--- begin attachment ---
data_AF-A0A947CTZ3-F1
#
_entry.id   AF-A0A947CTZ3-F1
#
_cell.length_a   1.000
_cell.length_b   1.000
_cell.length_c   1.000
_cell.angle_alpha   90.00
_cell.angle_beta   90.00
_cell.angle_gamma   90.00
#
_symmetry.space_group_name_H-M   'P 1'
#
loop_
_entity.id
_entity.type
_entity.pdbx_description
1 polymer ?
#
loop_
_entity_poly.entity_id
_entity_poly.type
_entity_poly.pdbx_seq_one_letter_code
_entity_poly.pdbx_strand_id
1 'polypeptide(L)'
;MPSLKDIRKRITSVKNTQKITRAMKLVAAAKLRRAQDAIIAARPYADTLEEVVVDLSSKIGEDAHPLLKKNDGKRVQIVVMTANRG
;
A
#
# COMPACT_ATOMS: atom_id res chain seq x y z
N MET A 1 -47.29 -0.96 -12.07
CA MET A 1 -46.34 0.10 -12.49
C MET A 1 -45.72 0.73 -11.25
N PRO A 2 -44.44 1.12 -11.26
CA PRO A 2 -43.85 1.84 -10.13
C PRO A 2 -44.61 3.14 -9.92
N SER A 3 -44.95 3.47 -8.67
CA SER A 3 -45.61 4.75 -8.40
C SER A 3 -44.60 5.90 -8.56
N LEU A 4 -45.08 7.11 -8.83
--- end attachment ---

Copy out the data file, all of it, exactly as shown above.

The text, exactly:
data_AF-A0A947CTZ3-F1
#
_entry.id   AF-A0A947CTZ3-F1
#
_cell.length_a   1.000
_cell.length_b   1.000
_cell.length_c   1.000
_cell.angle_alpha   90.00
_cell.angle_beta   90.00
_cell.angle_gamma   90.00
#
_symmetry.space_group_name_H-M   'P 1'
#
loop_
_entity.id
_entity.type
_entity.pdbx_description
1 polymer ?
#
loop_
_entity_poly.entity_id
_entity_poly.type
_entity_poly.pdbx_seq_one_letter_code
_entity_poly.pdbx_strand_id
1 'polypeptide(L)'
;MPSLKDIRKRITSVKNTQKITRAMKLVAAAKLRRAQDAIIAARPYADTLEEVVVDLSSKIGEDAHPLLKKNDGKRVQIVVMTANRG
;
A
#
# COMPACT_ATOMS: atom_id res chain seq x y z
N MET A 1 -47.29 -0.96 -12.07
CA MET A 1 -46.34 0.10 -12.49
C MET A 1 -45.72 0.73 -11.25
N PRO A 2 -44.44 1.12 -11.26
CA PRO A 2 -43.85 1.84 -10.13
C PRO A 2 -44.61 3.14 -9.92
N SER A 3 -44.95 3.47 -8.67
CA SER A 3 -45.61 4.75 -8.40
C SER A 3 -44.60 5.90 -8.56
N LEU A 4 -45.08 7.11 -8.83